By Bay Stephens EBS Staff Writer
BIG SKY – For years, Lynne Anderson, co-owner of The Country Market, extended credit to her customers for groceries during the off-seasons when it can be difficult for some Big Sky residents to make ends meet. Seeing a constant increase in the need for emergency food in Big Sky, Anderson approached the Human Resource Development Council in Bozeman with the idea of starting a food bank.
Initially, a staff member from the Gallatin Valley Food Bank would drive a van of food to a Big Sky parking lot so people could shop. Anderson and a group of volunteers worked with the HRDC and Big Sky community to secure funding to renovate and equip the food bank’s current space in the Big Horn Shopping Center. The doors of the Big Sky Community Food Bank opened in the spring of 2012.
Sarah Gaither Bivins was hired as program coordinator in October of 2013. The only paid employee of the Big Sky food bank, she relies heavily on a band of dedicated volunteers and advisory council members to run the operation.
For this installment of this ongoing series, EBS shifted its focus to the nonprofit sector to inquire about the challenges and rewards of operating a nonprofit organization in Big Sky.
Explore Big Sky: What is the most satisfying aspect of running a nonprofit in Big Sky?
Sarah Gaither Bivins: To be able to connect people who have needs in our community with the abundant resources that we also have in our community. My clients are often amazed at the unique items we have on our shelves, from gluten free and allergy-specific food items, to processed wild game, to beautiful produce from the farmers market.
EBS: What advice would you give other nonprofits in the area?
S.G.B.: Nonprofits in Big Sky have the unique challenge of developing programs to meet the needs of a community with no centralized organizing body, like a city council. Therefore, we all have to work hard to cooperate and communicate with each other as organizations and groups for the betterment of Big Sky.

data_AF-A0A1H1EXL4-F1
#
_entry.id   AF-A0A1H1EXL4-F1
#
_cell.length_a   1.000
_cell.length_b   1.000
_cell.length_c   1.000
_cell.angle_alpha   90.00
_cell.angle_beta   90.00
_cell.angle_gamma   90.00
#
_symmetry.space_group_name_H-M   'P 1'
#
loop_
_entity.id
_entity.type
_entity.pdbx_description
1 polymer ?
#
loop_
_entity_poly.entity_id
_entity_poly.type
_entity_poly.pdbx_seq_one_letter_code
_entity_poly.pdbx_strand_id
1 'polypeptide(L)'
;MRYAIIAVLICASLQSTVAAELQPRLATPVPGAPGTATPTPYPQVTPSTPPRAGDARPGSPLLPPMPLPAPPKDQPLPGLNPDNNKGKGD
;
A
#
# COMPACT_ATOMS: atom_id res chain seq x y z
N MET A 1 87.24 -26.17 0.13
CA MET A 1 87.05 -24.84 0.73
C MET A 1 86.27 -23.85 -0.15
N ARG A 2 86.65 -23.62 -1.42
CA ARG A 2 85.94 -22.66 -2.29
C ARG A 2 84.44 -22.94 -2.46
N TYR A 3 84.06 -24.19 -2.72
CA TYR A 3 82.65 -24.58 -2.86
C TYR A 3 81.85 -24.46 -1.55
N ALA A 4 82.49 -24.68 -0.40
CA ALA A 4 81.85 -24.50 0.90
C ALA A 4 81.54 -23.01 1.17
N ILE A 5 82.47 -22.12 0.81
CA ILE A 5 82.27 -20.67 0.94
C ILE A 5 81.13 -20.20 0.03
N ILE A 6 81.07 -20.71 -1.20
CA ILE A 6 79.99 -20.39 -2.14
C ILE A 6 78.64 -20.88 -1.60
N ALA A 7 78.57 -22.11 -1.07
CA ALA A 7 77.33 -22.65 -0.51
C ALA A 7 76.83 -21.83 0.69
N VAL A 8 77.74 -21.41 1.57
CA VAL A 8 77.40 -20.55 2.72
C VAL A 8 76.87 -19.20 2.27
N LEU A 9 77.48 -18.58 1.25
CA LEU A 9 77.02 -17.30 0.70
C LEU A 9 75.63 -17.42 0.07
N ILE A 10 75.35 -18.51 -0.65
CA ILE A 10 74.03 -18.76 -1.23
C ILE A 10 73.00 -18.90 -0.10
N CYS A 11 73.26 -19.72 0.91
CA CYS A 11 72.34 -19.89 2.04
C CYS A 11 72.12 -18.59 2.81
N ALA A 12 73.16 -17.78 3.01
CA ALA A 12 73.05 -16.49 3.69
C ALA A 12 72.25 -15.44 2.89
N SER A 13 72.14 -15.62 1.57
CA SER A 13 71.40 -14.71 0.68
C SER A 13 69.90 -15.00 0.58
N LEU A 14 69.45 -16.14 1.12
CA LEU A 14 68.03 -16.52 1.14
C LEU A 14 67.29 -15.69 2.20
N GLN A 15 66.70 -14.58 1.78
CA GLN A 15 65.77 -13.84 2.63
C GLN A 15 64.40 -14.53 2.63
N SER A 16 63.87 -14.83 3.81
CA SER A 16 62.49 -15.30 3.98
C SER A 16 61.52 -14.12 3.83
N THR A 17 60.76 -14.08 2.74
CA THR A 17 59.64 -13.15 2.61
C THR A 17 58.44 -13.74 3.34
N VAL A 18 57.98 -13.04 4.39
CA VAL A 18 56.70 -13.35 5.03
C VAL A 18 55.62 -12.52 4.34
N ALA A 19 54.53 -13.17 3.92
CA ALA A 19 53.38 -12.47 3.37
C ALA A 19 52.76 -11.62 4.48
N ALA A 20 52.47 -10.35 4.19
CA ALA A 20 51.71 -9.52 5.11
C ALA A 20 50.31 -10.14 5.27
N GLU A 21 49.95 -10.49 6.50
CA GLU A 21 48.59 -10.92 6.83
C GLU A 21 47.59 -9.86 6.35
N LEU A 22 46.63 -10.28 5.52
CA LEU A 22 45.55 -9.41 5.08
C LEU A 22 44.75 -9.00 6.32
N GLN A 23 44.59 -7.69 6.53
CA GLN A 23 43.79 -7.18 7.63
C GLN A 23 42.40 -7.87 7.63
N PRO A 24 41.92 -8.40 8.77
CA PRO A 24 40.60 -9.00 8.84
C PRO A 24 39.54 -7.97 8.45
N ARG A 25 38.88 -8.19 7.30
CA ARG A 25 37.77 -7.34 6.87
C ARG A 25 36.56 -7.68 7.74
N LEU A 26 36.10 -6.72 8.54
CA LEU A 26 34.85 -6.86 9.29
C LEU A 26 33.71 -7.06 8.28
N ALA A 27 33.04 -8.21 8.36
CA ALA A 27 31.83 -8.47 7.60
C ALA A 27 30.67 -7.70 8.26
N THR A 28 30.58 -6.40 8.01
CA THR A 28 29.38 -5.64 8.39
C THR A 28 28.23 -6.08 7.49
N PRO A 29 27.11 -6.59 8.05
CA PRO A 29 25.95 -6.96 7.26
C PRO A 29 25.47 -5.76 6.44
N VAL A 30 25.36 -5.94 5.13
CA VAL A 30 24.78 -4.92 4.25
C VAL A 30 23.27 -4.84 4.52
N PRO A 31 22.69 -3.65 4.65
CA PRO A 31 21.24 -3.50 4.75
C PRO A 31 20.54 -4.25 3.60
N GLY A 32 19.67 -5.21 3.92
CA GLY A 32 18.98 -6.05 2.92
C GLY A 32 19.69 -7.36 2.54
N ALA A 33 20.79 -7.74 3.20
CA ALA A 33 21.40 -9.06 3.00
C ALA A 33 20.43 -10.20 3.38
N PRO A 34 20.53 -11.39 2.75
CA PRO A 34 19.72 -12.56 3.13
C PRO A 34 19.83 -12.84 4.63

EBS: What about your organization would you like more Big Sky residents to know?
S.G.B.: That we exist! “Big Sky needs a food bank?” is one question I hear over and over from both visitors and some residents. Those of us who are lucky enough to live in this community year-round, as well as those in the seasonal workforce, know how financially difficult it is to make it through the off-seasons when work is scarce or nonexistent. We’re open two days a week, year-round.
That anyone can use the food bank—you don’t have to “qualify.” If you feel like you’re in a food emergency, please come see me. It’s nothing to be embarrassed about—for most of my clients, moving to Big Sky is the first time they’ve ever had to use a food bank in their lives. Also, all of our services are confidential.
EBS: What are the biggest obstacles to operating a nonprofit in Big Sky?
S.G.B.: As with many Big Sky nonprofits, I find that securing sustainable and reliable funding is a big obstacle. Our community organizations are generous, however, adhering to an annual grant cycle makes future planning uncertain.
EBS: What is one of the most memorable moments you’ve had as head of operations?
S.G.B.: One of my happiest and most memorable moments was last month’s pancake breakfast in Fire Pit Park. It was amazing to see our funders and our clients sitting together at the same table, eating homemade pancakes smothered in syrup and butter.
EBS: Where do you get your donations and your funding?
S.G.B.: We ask for grant funds from all of our community organizations: Resort Tax, Yellowstone Club Community Foundation, Spanish Peaks Community Foundation, Moonlight Community Foundation. Town Pump, The United Way and NorthWestern Energy also provide small grants each year. For the rest, we look to Big Sky residents and businesses to support us on an annual basis.
EBS: Do you think Big Sky will always need the services you provide?
S.G.B.: I imagine that as long as employees in Big Sky are paid less than a living wage, our community will need a food bank. I hope that new opportunities for appropriate housing will alleviate some financial difficulties for our clients, but I understand that no housing solution will be immediate.
EBS: How many families/individuals does the food bank benefit?
S.G.B.: As of March 2018, the food bank has served 1,653 unique households consisting of over 2,000 unique individuals. Each year, we serve about 400 unique households consisting of about 500 unique individuals.
EBS: How have Big Sky’s needs changed since you started working with the food bank?
S.G.B.: When I first started, many people would ask about job openings in Big Sky. Today, my clients have jobs but no housing. Those with both still have trouble because their options tend to be either overpriced, overcrowded, or inadequate for their family. The housing problems have also affected my volunteers, several of whom have left town because of their inability to find appropriate housing.
EBS: What motivates you to continue doing what you do?
S.G.B.: I genuinely like the people who come in to our food bank and I think it’s fun to hang out with them twice a week.